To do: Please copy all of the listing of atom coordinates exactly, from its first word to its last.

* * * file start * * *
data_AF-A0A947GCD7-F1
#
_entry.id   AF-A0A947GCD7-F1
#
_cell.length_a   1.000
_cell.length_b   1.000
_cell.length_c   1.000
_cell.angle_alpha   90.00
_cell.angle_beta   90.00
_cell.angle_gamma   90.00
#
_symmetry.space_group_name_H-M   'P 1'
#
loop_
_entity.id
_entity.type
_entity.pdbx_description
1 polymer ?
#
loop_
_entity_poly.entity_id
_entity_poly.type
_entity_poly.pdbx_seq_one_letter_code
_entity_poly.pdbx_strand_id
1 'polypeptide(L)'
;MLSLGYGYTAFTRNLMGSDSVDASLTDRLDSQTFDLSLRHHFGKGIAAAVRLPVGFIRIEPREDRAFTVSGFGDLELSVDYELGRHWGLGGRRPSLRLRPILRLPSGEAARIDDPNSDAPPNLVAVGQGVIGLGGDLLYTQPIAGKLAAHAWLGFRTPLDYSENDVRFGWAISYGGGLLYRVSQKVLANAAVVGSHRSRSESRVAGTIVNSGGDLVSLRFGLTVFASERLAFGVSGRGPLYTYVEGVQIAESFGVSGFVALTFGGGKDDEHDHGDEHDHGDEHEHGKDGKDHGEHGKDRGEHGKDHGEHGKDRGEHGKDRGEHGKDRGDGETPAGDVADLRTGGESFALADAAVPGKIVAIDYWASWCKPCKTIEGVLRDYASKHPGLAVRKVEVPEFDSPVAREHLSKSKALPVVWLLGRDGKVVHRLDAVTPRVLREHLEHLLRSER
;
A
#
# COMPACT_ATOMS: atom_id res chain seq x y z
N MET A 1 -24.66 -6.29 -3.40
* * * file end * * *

data_AF-A0A947GCD7-F1
#
_entry.id   AF-A0A947GCD7-F1
#
_cell.length_a   1.000
_cell.length_b   1.000
_cell.length_c   1.000
_cell.angle_alpha   90.00
_cell.angle_beta   90.00
_cell.angle_gamma   90.00
#
_symmetry.space_group_name_H-M   'P 1'
#
loop_
_entity.id
_entity.type
_entity.pdbx_description
1 polymer ?
#
loop_
_entity_poly.entity_id
_entity_poly.type
_entity_poly.pdbx_seq_one_letter_code
_entity_poly.pdbx_strand_id
1 'polypeptide(L)'
;MLSLGYGYTAFTRNLMGSDSVDASLTDRLDSQTFDLSLRHHFGKGIAAAVRLPVGFIRIEPREDRAFTVSGFGDLELSVDYELGRHWGLGGRRPSLRLRPILRLPSGEAARIDDPNSDAPPNLVAVGQGVIGLGGDLLYTQPIAGKLAAHAWLGFRTPLDYSENDVRFGWAISYGGGLLYRVSQKVLANAAVVGSHRSRSESRVAGTIVNSGGDLVSLRFGLTVFASERLAFGVSGRGPLYTYVEGVQIAESFGVSGFVALTFGGGKDDEHDHGDEHDHGDEHEHGKDGKDHGEHGKDRGEHGKDHGEHGKDRGEHGKDRGEHGKDRGDGETPAGDVADLRTGGESFALADAAVPGKIVAIDYWASWCKPCKTIEGVLRDYASKHPGLAVRKVEVPEFDSPVAREHLSKSKALPVVWLLGRDGKVVHRLDAVTPRVLREHLEHLLRSER
;
A
#
# COMPACT_ATOMS: atom_id res chain seq x y z
N MET A 1 -24.66 -6.29 -3.40